On Oct 28 the most valuable tech company in the world Apple Inc. (AAPL) issued their fiscal fourth quarter earnings and the numbers were astronomical: net earnings of $7.5 billion, 33.8 million iPhones shipped, revenues ringing in at $37.5 billion. All above analyst expectations. Yet, the next day, the stock dropped 2 percent.
On Oct 30, the most valuable social media company in the world Facebook Inc. (FB) followed with their third quarter earnings report. Like Apple, the company exceeded expectations in both profit and revenue. Additionally, the company raised their revenue level derived from mobile to 49 percent, indication they are making meaningful gains in monetizing the fastest-growing segment of their business. Following the beat, their stock rose, then dropped a percent.
In both cases, there are reasons for the drop: in Apple’s case, a perceived lack of innovation. In Facebook’s, an offhand comment by the CFO in the conference call that pointed out Facebook’s appeal to teenagers was waning. But there’s no fundamental reason either stock should have dropped. Both posted profits above what they were supposed to. Both maintained guidance, if not raised it considerably. Like so many tech stocks, Apple and Facebook dropped because of fear.
Specifically, the fear that those companies aren’t cool anymore.
Tech Investing Question One: Is it Hip?
More than any other sector, tech trades on promises and the nebulous warm fuzzy feeling that the company’s product is “the future.” With Apple, despite talk of emerging markets and products and guidance, to investors the problem has always been Tim Cook. In short, he’s not Steve Jobs. He’s not a visionary, he’s not a leader. He is not cool!
With Facebook, the fears used to be the company wasn’t adapting to mobile quickly enough. Now that the company is, tech investors had to find something else to fret over. When Facebook revealed that despite all the money flowing in, teenagers weren’t adapting to the social media site in droves like they used to, stockholders dropped shares like a hot rock, and turned a 15 percent gain into a 1 percent loss.
Fair or not, in tech coolness – or more accurately, hipness – is important. But the group frenzy searching for cool that drives tech stocks up and down is not entirely rational, and is driven more by a “wow” factor that keeps companies like Facebook and Apple far too low – or in other cases, too high.
Elon Musk: the Tech Sector’s Prom King
Let’s say the tech sector is real life.
If Apple and Facebook are young professionals working in the big city, making tons of money in their own right, then Tesla Motors (TSLA) is the senior living with his parents, but who has a scholarship to Harvard and just built a reactor in the garage. He hasn’t done anything of real worth yet, but oh man! What he could do!
It’s no secret that Tesla trades many, many times over what they are actually worth. The company’s shares, after all, have risen over 300 percent this year as their P/E climbs to unsustainable levels.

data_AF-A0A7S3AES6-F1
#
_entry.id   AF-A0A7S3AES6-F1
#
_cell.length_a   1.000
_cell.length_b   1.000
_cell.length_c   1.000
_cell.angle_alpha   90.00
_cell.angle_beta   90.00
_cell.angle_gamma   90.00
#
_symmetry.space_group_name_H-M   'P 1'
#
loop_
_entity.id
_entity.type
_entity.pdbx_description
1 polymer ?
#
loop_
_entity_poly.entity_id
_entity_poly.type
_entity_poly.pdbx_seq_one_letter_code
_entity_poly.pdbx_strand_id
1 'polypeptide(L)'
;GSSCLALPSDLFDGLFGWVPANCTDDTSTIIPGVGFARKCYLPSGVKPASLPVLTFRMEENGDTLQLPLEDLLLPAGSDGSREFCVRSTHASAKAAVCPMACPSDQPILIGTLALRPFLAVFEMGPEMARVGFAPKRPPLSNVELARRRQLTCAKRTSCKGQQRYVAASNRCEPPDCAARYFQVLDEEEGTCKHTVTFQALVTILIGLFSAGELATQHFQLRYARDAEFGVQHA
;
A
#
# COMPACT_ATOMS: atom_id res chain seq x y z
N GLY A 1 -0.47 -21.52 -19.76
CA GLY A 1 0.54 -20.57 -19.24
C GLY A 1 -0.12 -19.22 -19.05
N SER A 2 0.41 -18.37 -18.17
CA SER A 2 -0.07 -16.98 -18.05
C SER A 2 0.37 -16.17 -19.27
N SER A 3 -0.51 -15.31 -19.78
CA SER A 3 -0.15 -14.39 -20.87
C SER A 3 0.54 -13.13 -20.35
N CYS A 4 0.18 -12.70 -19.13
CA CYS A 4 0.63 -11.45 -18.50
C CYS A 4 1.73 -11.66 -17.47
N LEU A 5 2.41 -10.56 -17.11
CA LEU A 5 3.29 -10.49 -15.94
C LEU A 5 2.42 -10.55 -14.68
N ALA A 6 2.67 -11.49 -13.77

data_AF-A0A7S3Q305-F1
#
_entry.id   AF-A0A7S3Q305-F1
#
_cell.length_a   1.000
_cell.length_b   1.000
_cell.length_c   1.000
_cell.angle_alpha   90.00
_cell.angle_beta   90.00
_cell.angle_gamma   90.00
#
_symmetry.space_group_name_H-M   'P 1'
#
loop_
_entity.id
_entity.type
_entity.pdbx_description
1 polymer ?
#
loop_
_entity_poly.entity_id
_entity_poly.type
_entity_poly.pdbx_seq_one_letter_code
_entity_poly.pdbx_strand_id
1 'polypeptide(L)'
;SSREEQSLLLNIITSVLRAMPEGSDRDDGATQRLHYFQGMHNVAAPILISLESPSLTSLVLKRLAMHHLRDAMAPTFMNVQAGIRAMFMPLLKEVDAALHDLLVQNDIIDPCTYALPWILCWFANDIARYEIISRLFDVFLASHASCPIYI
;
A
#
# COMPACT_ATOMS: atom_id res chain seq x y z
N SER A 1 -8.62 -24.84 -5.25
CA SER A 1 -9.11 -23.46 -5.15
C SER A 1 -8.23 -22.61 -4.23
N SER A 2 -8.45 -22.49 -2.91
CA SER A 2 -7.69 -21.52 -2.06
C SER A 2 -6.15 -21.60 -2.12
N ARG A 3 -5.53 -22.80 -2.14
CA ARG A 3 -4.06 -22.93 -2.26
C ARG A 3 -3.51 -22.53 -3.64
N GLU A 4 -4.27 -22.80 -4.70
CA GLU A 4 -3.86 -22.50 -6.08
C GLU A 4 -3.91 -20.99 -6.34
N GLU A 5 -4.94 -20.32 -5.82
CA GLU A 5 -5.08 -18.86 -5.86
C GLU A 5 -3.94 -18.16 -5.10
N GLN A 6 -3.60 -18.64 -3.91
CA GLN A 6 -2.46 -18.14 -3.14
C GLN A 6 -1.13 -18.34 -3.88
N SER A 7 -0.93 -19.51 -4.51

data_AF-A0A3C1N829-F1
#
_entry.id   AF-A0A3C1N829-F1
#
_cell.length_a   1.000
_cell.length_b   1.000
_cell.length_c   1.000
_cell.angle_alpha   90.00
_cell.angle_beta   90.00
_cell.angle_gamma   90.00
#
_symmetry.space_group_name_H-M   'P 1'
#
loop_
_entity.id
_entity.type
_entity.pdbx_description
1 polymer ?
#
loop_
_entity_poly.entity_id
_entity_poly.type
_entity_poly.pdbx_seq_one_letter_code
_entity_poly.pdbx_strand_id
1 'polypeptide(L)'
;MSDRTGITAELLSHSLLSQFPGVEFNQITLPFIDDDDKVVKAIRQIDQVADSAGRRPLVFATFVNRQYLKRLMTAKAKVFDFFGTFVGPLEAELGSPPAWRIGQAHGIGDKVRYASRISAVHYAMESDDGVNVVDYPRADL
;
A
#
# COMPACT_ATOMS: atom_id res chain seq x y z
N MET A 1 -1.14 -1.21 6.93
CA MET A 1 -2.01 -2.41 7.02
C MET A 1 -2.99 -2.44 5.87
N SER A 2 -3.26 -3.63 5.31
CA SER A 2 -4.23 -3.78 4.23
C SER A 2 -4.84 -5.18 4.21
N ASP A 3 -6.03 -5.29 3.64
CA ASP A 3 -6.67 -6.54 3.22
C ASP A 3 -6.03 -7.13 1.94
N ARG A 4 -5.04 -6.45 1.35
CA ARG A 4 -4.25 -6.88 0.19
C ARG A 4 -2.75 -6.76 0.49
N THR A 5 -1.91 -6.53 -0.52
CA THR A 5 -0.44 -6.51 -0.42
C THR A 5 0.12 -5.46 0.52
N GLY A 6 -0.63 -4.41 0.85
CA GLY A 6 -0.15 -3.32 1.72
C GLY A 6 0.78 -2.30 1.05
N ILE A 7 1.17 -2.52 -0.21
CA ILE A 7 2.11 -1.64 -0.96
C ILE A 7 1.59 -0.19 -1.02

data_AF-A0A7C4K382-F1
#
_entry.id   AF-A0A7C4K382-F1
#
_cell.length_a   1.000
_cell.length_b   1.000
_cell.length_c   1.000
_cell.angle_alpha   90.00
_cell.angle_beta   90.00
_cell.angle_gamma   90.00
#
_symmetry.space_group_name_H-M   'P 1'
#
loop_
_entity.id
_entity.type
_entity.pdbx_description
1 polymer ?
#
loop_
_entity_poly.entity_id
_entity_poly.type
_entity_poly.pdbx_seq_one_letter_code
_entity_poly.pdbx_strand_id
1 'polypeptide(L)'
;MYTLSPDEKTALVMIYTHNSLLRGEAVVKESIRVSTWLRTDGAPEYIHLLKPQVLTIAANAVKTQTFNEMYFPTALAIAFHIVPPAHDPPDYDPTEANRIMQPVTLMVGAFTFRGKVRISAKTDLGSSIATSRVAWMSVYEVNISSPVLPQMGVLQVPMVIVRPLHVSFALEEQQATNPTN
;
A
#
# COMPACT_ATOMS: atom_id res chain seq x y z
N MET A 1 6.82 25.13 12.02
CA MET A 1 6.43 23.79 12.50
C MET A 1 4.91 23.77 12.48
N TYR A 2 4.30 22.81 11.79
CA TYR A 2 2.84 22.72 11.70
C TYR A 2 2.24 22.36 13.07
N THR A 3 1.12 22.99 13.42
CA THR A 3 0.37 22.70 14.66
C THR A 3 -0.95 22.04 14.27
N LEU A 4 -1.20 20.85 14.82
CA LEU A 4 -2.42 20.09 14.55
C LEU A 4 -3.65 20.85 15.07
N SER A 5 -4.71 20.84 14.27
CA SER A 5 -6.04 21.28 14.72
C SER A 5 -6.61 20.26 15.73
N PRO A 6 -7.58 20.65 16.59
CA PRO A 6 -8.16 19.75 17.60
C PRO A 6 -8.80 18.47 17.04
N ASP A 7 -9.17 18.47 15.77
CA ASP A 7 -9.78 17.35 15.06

But Tesla is the future, see, and Musk is Very Cool. So much so that even a company he is the Chairman of in his spare time, SolarCity Corporation (SCTY) has risen 367 percent on the year.
This isn’t to say that Tesla and SolarCity aren’t worthwhile investments. Rather, they have been driven up for the inverse reason that Facebook and Apple have been hampered: that intangible optimism, that feeling that the future still lays ahead.
What Can Apple and Facebook Do?
Both companies can beat earnings till they’re blue in the face. But their stocks won’t take off until they accomplish one thing.
In short: get cool.
In long: buy companies that are cool, and appropriate them. Facebook made a very, very wise decision when they bought social media company Instagram in April 2012 for $1 billion. Instagram has much more potential for attracting tweens and teenagers than Facebook, and can help patch over concerns that the parent brand is becoming too popular with people over 30 (ick.)
With Apple, it’s a trickier case. Short of raising Steve Jobs from the dead, Apple too needs to buy a company. But who?
While Apple doesn’t have the capital to gobble up a direct competitor in their field, they do have the ungodly amount of cash on hand to buy something even cooler: Tesla.
That exact idea was put forward by analyst Adnaan Ahmad of Berenberg Bank, and while he admitted that his colleagues might find it silly, buying Tesla would certainly do wonders for Apple’s image. With Musk at the helm, or at least in a major position, Apple could actually become cool again.
Of course, Tesla is overvalued right now, at $19.34 billion. In a lot ways, buying Tesla to make an “iCar” or whatever might be far-fetched. But for a company with many times over that in cash on hand, buying the hippest company in tech is certainly an enticing idea.
Because (to paraphrase Vince Lombardi), in tech, being the Next Big Thing isn’t everything – it’s the only thing.
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